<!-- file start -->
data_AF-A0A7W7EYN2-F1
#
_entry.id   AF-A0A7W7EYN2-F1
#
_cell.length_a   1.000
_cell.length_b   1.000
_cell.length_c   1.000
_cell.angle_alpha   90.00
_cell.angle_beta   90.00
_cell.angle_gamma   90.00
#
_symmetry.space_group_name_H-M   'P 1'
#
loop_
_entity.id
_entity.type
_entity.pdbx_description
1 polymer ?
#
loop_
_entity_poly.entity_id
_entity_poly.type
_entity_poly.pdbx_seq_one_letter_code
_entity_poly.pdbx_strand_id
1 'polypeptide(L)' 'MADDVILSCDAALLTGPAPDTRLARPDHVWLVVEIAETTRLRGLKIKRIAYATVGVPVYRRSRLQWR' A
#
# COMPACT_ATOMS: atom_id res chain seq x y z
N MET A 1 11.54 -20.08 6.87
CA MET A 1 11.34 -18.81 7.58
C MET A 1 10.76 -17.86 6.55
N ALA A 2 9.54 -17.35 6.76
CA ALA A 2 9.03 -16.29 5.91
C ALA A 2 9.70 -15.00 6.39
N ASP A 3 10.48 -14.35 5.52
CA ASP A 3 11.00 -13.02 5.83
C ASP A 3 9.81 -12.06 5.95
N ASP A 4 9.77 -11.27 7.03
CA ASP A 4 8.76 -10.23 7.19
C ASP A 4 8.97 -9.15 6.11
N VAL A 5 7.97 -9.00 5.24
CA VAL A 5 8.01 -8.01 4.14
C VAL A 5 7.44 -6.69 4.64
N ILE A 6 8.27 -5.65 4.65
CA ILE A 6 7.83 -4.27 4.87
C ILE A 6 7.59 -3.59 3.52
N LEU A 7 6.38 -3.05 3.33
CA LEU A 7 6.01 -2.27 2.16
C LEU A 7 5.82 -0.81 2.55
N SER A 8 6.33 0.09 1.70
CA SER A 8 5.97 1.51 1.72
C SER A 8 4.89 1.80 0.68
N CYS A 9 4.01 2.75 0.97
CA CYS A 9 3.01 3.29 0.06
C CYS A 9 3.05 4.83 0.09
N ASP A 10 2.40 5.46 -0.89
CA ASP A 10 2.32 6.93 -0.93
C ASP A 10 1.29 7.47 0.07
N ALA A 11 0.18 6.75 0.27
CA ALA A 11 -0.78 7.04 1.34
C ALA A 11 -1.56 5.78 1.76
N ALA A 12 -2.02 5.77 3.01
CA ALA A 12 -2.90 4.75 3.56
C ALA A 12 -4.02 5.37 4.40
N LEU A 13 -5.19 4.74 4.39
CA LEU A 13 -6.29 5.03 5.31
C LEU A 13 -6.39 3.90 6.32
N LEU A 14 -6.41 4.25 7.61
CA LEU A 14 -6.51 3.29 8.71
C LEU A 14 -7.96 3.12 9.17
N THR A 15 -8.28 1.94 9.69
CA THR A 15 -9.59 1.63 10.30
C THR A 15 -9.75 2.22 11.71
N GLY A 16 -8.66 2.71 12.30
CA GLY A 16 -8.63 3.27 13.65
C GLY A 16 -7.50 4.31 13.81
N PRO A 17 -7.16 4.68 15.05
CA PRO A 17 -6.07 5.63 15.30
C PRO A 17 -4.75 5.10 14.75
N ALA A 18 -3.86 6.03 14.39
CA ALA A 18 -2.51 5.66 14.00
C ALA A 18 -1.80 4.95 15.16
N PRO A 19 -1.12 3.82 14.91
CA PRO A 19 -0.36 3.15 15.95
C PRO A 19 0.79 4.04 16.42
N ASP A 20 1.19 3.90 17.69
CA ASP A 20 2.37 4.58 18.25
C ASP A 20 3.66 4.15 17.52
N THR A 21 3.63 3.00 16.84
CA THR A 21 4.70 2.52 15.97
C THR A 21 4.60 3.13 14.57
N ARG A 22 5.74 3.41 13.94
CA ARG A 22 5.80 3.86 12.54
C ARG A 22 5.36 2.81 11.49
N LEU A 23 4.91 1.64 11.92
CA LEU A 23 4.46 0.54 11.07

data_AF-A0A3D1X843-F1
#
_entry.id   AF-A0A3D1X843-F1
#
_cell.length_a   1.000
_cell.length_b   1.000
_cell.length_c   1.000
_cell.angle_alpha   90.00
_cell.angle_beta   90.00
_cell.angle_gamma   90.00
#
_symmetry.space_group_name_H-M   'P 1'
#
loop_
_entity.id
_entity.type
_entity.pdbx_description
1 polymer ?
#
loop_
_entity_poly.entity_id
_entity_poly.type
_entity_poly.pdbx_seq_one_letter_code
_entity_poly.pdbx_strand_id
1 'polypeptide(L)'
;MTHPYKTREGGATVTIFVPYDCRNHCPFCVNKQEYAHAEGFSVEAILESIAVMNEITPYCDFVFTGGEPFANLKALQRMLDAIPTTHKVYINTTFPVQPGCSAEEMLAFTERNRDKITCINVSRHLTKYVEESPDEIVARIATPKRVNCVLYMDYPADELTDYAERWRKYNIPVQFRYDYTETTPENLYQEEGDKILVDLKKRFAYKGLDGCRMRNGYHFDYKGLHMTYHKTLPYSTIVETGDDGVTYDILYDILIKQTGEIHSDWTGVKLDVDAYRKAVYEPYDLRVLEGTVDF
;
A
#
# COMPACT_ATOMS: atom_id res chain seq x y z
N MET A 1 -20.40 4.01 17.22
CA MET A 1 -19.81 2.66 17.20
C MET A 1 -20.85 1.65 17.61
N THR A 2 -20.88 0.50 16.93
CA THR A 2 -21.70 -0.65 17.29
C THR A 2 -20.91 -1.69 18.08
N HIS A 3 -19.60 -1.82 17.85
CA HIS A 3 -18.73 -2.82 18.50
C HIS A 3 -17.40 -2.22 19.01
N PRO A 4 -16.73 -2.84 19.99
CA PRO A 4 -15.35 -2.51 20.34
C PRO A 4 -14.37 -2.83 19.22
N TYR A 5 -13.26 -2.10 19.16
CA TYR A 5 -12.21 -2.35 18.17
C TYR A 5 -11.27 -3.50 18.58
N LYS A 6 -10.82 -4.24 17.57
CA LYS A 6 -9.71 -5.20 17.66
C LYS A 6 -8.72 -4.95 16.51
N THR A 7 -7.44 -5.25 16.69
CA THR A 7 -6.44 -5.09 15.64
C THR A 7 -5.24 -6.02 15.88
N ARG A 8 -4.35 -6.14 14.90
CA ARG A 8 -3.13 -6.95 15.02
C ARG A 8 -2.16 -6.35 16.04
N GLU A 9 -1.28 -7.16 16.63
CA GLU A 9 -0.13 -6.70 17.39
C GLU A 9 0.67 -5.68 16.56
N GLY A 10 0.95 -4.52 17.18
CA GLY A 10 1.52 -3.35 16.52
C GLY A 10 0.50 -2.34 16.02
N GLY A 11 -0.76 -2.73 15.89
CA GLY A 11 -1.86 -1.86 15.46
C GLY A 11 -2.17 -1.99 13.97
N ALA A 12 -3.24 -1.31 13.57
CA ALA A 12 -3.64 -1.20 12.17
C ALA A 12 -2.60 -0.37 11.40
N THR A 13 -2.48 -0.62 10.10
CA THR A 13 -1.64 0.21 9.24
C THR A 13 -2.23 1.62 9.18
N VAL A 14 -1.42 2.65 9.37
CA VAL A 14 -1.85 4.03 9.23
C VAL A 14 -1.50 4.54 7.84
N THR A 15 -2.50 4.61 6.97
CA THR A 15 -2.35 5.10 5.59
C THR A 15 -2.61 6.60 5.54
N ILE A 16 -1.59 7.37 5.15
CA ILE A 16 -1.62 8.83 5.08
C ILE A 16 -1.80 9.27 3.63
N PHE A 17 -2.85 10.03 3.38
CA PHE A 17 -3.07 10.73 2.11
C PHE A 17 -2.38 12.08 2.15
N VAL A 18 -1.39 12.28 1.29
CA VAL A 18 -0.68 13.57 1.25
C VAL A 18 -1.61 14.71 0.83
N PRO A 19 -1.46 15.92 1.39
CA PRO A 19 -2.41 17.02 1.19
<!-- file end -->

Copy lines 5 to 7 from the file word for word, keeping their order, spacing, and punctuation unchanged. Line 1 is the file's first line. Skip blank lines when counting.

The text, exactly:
_cell.length_a   1.000
_cell.length_b   1.000
_cell.length_c   1.000